Karen Oslund is a historian, interested in whaling, indigenous hunting, and international environmental regulation. Her book, Iceland Imagined: Nature, Culture, and Storytelling in the North Atlantic (University of Washington Press in 2011), deals with the European exploration and writing about Iceland from the middle of the eighteenth century, and ends with a discussion of contemporary Icelandic whaling practices and the controversy surrounding them. Oslund received her PhD from the University of California at Los Angeles, and has also studied at the University of Copenhagen and the University of Iceland. In her current project at the Rachel Carson Center, Survival and Adaptation: Modern and Traditional Whaling in the Arctic, 1850–1920, she is working on Greenlandic, North American, and Russian whaling in the global Arctic.
RCC Research Project: Survival and Adaptation: Modern and Traditional Whaling in the Arctic, 1850–1920 (PDF, 31kb)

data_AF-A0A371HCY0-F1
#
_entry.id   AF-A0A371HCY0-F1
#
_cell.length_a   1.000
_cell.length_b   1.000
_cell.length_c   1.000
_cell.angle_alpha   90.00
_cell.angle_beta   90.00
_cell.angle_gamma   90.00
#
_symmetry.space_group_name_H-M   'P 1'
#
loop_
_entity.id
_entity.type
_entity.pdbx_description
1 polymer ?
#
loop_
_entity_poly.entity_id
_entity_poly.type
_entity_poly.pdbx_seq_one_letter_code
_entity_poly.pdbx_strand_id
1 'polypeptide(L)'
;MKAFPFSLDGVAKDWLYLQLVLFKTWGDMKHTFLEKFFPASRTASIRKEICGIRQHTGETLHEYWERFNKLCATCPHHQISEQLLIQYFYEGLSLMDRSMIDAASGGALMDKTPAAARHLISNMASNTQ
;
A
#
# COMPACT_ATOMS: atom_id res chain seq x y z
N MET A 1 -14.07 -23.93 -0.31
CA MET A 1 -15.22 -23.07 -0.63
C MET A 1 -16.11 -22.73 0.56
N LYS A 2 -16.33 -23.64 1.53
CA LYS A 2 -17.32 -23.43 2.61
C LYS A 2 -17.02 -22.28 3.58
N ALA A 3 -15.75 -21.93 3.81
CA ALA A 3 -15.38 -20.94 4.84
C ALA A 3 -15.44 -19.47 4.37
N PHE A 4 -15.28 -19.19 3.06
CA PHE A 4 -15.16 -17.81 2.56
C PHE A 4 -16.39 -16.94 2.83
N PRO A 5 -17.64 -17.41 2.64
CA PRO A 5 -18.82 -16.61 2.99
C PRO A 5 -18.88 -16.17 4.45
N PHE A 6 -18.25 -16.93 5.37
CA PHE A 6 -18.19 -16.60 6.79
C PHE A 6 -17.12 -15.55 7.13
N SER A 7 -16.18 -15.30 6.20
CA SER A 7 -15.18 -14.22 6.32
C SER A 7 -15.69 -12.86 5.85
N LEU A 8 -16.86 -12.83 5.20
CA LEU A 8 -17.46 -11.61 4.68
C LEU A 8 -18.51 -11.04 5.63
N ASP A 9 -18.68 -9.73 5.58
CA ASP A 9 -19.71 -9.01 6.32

- Iceland Imagined: Nature, Culture, and Storytelling in the North Atlantic, Weyerhaeuser Environmental Books Series. Seattle: University of Washington Press, 2011.
- Cultivating the Colonies: Colonial States and their Environmental Legacies, International Studies Series. Athens, Ohio: University of Ohio Press, 2011. Edited with Niels Brimnes, Christina Folke Ax, and Niklas Thode Jensen.
- "Iceland in the Local and Global Nexus of Whaling Politics." In Iceland and the Image of the North. Edited by Sumarliði Ísleifsson, 285–303. Quebec: University of Quebec Press, 2011.
- "Of Whales and Men: Images of Iceland and the North Atlantic in Contemporary Whaling Politics." In Images of the North: Histories, Ideas, Identities. Edited by Sverrir Jakobsson, 90–100. Amsterdam: Rodopi, 2008.
- The Study of Language and the Politics of Community in Global Context, 1740-1940. Lanham, Maryland: Rowman & Littlefield, 2006. Edited with David L. Hoyt.